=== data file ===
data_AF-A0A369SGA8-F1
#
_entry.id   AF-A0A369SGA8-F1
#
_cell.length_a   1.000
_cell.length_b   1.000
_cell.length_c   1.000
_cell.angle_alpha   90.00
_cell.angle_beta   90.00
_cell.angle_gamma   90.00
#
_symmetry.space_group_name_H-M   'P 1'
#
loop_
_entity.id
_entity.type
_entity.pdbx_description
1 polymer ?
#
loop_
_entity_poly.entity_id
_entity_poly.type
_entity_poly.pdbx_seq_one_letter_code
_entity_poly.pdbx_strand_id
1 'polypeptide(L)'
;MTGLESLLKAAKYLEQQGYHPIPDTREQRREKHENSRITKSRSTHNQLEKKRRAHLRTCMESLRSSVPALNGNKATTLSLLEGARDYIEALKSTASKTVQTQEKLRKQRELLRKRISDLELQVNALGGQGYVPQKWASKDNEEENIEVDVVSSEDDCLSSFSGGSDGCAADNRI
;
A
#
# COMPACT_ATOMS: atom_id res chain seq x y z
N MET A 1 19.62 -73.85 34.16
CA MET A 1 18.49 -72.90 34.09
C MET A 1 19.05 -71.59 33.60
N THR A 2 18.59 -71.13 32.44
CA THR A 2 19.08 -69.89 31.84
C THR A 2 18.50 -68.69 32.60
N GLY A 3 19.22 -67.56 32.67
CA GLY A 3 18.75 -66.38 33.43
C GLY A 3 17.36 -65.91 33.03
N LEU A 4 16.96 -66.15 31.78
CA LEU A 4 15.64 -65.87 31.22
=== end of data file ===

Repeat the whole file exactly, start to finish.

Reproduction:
data_AF-A0A369SGA8-F1
#
_entry.id   AF-A0A369SGA8-F1
#
_cell.length_a   1.000
_cell.length_b   1.000
_cell.length_c   1.000
_cell.angle_alpha   90.00
_cell.angle_beta   90.00
_cell.angle_gamma   90.00
#
_symmetry.space_group_name_H-M   'P 1'
#
loop_
_entity.id
_entity.type
_entity.pdbx_description
1 polymer ?
#
loop_
_entity_poly.entity_id
_entity_poly.type
_entity_poly.pdbx_seq_one_letter_code
_entity_poly.pdbx_strand_id
1 'polypeptide(L)'
;MTGLESLLKAAKYLEQQGYHPIPDTREQRREKHENSRITKSRSTHNQLEKKRRAHLRTCMESLRSSVPALNGNKATTLSLLEGARDYIEALKSTASKTVQTQEKLRKQRELLRKRISDLELQVNALGGQGYVPQKWASKDNEEENIEVDVVSSEDDCLSSFSGGSDGCAADNRI
;
A
#
# COMPACT_ATOMS: atom_id res chain seq x y z
N MET A 1 19.62 -73.85 34.16
CA MET A 1 18.49 -72.90 34.09
C MET A 1 19.05 -71.59 33.60
N THR A 2 18.59 -71.13 32.44
CA THR A 2 19.08 -69.89 31.84
C THR A 2 18.50 -68.69 32.60
N GLY A 3 19.22 -67.56 32.67
CA GLY A 3 18.75 -66.38 33.43
C GLY A 3 17.36 -65.91 33.03
N LEU A 4 16.96 -66.15 31.78
CA LEU A 4 15.64 -65.87 31.22